by DRs Are The Best
We’ve been noticing something recently. Rachel really loves her brothers, Simon in particular. She has always been sensitive to his feelings, and they have always demonstrated what I call a “twin bond.” They only have to glance at each other, and they seem to have a full, detailed conversation. We have never been able to scold Simon in front of her — not because of the noise, but because it meant her brother was in trouble. I had thought that part of that was the unexpected nature of this — Simon getting scolded is outside of her control — but for the last few weeks, we’re starting to see that may not be the case, at least not in full.
A new favorite television show is Super Why. We watch it on PBS Kids’ Sprout as well as on our local public television station. She seems to be obsessed with the episode focusing on Jack and the Beanstalk because the “problem” they are trying to solve is resolving the main character’s little sister’s temper tantrum. “Joy” is crying. Screaming. She’s having a “HUMONGOUS tantrum.” Rachel has been walking around asking, “What’s the matter, Joy?” or suggesting offering a bottle to Joy to make her feel better. I’ve also been receiving notes from her teacher explaining that she has been more emotional in school lately when another student is upset. She also gets upset. She tries to cry, and is often successful.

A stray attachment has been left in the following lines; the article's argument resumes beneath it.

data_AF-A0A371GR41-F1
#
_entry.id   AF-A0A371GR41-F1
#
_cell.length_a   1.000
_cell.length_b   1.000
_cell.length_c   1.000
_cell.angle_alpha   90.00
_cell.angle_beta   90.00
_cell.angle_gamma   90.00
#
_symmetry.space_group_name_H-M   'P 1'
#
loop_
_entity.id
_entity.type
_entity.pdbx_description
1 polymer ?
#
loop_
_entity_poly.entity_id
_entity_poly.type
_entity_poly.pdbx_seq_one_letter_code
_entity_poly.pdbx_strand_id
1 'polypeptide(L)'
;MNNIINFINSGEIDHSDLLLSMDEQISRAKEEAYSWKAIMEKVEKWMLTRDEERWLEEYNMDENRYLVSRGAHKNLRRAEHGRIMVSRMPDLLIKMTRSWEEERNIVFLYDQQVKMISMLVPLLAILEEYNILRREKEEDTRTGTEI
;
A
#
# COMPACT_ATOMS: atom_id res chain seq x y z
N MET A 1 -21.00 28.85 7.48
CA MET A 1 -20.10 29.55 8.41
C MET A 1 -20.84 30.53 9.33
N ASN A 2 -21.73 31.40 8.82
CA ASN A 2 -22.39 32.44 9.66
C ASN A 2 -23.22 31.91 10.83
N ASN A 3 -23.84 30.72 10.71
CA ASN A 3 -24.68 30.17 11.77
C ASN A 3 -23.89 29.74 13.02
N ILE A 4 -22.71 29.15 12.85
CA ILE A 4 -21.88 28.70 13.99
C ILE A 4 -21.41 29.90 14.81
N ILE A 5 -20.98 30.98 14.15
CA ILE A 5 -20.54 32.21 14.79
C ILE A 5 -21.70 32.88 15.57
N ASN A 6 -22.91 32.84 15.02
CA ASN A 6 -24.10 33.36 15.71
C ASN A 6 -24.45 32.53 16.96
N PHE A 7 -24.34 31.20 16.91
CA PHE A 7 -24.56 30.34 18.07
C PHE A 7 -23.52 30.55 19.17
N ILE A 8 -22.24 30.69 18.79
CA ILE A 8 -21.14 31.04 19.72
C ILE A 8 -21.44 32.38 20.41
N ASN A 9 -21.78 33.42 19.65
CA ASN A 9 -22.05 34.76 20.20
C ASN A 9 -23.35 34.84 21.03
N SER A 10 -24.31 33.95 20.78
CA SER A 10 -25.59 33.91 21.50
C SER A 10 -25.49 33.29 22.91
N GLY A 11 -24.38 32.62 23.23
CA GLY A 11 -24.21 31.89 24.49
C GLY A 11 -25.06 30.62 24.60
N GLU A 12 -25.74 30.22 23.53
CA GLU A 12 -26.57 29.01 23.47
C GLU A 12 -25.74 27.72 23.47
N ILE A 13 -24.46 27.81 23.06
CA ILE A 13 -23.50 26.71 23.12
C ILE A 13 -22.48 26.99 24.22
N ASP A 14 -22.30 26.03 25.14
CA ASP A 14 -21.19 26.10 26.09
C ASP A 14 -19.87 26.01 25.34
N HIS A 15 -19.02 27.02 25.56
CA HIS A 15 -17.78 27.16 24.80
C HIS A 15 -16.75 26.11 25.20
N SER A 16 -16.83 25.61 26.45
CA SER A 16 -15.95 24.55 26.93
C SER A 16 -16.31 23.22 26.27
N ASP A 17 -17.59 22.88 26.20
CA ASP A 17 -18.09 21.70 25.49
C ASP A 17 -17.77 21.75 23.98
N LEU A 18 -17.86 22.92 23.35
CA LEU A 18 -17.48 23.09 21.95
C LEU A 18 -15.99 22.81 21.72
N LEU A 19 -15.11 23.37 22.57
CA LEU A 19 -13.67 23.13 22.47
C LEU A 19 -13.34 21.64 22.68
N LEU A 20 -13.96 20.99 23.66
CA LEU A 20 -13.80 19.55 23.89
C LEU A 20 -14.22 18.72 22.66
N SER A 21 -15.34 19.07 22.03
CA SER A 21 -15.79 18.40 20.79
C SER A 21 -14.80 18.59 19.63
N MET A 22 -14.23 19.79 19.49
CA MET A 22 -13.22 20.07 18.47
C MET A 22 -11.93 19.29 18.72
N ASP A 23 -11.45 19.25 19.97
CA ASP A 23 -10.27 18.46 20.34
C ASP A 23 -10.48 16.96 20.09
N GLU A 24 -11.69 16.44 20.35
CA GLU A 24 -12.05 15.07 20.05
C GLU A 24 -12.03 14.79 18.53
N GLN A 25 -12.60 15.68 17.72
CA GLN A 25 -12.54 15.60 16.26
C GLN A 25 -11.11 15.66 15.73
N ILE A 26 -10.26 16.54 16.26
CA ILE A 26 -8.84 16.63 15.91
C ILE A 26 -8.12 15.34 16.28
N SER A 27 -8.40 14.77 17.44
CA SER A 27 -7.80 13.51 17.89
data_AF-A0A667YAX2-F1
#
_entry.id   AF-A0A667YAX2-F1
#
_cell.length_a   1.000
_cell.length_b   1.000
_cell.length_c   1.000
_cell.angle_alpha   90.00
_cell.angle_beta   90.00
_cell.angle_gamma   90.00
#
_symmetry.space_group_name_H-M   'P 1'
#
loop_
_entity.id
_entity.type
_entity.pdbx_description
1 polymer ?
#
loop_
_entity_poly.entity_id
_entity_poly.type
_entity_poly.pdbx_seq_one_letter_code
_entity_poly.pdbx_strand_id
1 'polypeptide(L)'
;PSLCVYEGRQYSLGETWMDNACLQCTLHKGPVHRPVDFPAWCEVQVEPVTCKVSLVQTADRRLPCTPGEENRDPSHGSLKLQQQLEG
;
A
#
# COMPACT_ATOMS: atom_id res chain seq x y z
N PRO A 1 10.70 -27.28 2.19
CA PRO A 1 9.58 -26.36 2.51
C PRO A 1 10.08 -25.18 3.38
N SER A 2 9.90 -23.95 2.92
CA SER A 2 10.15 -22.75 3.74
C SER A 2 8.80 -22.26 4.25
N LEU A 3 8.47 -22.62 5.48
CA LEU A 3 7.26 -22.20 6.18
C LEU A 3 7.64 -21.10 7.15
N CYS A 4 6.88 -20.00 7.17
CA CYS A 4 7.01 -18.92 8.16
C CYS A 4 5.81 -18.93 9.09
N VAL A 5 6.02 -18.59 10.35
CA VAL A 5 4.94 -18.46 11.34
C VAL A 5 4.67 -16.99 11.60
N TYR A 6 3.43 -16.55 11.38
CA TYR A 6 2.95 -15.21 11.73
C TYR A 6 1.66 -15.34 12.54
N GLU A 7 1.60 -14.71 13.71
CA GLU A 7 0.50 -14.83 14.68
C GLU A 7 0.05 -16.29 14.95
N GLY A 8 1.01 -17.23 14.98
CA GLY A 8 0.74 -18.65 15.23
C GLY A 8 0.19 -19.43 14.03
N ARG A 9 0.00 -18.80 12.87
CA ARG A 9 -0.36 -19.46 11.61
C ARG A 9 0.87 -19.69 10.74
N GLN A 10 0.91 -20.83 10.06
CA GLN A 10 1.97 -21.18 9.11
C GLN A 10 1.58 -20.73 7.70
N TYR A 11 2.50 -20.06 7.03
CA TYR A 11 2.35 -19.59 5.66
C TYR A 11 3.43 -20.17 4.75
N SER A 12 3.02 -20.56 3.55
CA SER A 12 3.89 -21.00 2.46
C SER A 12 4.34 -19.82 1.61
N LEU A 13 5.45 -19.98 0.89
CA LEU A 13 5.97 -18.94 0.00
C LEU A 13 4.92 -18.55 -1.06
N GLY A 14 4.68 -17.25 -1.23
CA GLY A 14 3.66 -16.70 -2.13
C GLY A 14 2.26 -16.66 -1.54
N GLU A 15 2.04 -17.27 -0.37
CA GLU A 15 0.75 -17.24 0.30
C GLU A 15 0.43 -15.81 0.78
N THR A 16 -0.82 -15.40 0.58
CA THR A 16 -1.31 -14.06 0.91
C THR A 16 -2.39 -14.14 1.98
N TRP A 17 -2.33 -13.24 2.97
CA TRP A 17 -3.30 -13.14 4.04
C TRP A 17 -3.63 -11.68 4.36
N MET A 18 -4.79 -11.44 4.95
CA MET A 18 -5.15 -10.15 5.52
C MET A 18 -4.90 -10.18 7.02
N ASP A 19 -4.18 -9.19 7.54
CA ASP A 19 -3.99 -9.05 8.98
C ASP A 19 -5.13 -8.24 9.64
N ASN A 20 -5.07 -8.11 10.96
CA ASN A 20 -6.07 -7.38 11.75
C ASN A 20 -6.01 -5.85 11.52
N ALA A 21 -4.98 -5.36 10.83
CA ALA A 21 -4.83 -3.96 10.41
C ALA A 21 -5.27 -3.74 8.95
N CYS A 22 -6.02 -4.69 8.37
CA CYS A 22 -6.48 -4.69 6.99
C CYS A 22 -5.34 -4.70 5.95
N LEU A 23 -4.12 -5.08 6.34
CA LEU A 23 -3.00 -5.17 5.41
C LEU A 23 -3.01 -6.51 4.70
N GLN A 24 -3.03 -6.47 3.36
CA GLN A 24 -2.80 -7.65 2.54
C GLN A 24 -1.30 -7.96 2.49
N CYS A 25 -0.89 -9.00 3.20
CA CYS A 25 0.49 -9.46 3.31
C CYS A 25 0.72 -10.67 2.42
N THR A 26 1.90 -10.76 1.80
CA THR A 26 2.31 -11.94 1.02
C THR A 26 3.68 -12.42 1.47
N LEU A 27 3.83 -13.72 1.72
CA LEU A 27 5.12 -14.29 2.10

I know this may seem strange to say, but I don’t think of this as a negative development. I think this is evidence that she is trying to determine how to express empathy. Dictionary.com defines empathy as “the intellectual identification with or vicarious experiencing of the feelings, thoughts, or attitudes of another.” I was always concerned that, because of her autism diagnosis, she might never fully be able to express or experience empathy. But she is proving me wrong lately.
I created and administer a Facebook page (We Care About Someone With Autism). Yesterday, I chose to have a day-long topic discussion about autism and empathy. The theory that an individual with autism cannot experience empathy was one of the first myths that I was exposed to when we first began our journey into the autism world. We are obviously seeing that is not the case, at least in Rachel. I was wondering what others had to say on the subject. I was pleasantly surprised to see and learn that others often see the same behaviors. The biggest difference is that these children often need to learn how to express it effectively, as this skill is one that is often lacking. I have been addressing this issue by telling Rachel to ask the “sad” person, “Why are you so sad?” I’ve only been doing this for a few days, so it’s too soon to see if this will help to resolve the problem that we are currently experiencing. But I wouldn’t really call it a problem — I’d just call it a development.